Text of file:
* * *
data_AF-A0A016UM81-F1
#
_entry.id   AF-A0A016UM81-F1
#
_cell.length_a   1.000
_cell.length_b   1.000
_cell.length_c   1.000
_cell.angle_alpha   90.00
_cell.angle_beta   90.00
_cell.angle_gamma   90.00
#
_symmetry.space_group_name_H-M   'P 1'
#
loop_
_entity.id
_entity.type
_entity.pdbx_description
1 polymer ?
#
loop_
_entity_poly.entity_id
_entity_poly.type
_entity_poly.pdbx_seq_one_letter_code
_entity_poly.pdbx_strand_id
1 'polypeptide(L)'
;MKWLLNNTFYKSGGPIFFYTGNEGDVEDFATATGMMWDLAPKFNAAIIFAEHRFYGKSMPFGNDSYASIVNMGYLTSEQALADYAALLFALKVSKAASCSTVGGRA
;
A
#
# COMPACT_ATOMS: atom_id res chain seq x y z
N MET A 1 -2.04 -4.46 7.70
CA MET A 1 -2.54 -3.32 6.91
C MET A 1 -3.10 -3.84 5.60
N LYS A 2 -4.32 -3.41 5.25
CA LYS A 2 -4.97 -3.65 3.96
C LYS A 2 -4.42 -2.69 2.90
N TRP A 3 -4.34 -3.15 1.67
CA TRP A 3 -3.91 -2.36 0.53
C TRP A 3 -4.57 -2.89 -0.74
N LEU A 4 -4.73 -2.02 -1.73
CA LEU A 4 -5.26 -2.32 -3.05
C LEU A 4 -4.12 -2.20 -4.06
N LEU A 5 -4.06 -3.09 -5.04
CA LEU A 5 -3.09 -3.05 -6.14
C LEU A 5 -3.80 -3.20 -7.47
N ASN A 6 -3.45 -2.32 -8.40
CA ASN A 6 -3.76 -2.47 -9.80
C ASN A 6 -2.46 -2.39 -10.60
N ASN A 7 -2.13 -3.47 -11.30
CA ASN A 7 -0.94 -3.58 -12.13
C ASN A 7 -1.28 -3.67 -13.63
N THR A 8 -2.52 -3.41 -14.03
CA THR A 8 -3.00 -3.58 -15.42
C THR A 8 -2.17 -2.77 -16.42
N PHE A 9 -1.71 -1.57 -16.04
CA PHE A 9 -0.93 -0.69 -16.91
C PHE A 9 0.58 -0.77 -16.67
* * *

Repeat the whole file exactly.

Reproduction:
data_AF-A0A016UM81-F1
#
_entry.id   AF-A0A016UM81-F1
#
_cell.length_a   1.000
_cell.length_b   1.000
_cell.length_c   1.000
_cell.angle_alpha   90.00
_cell.angle_beta   90.00
_cell.angle_gamma   90.00
#
_symmetry.space_group_name_H-M   'P 1'
#
loop_
_entity.id
_entity.type
_entity.pdbx_description
1 polymer ?
#
loop_
_entity_poly.entity_id
_entity_poly.type
_entity_poly.pdbx_seq_one_letter_code
_entity_poly.pdbx_strand_id
1 'polypeptide(L)'
;MKWLLNNTFYKSGGPIFFYTGNEGDVEDFATATGMMWDLAPKFNAAIIFAEHRFYGKSMPFGNDSYASIVNMGYLTSEQALADYAALLFALKVSKAASCSTVGGRA
;
A
#
# COMPACT_ATOMS: atom_id res chain seq x y z
N MET A 1 -2.04 -4.46 7.70
CA MET A 1 -2.54 -3.32 6.91
C MET A 1 -3.10 -3.84 5.60
N LYS A 2 -4.32 -3.41 5.25
CA LYS A 2 -4.97 -3.65 3.96
C LYS A 2 -4.42 -2.69 2.90
N TRP A 3 -4.34 -3.15 1.67
CA TRP A 3 -3.91 -2.36 0.53
C TRP A 3 -4.57 -2.89 -0.74
N LEU A 4 -4.73 -2.02 -1.73
CA LEU A 4 -5.26 -2.32 -3.05
C LEU A 4 -4.12 -2.20 -4.06
N LEU A 5 -4.06 -3.09 -5.04
CA LEU A 5 -3.09 -3.05 -6.14
C LEU A 5 -3.80 -3.20 -7.47
N ASN A 6 -3.45 -2.32 -8.40
CA ASN A 6 -3.76 -2.47 -9.80
C ASN A 6 -2.46 -2.39 -10.60
N ASN A 7 -2.13 -3.47 -11.30
CA ASN A 7 -0.94 -3.58 -12.13
C ASN A 7 -1.28 -3.67 -13.63
N THR A 8 -2.52 -3.41 -14.03
CA THR A 8 -3.00 -3.58 -15.42
C THR A 8 -2.17 -2.77 -16.42
N PHE A 9 -1.71 -1.57 -16.04
CA PHE A 9 -0.93 -0.69 -16.91
C PHE A 9 0.58 -0.77 -16.67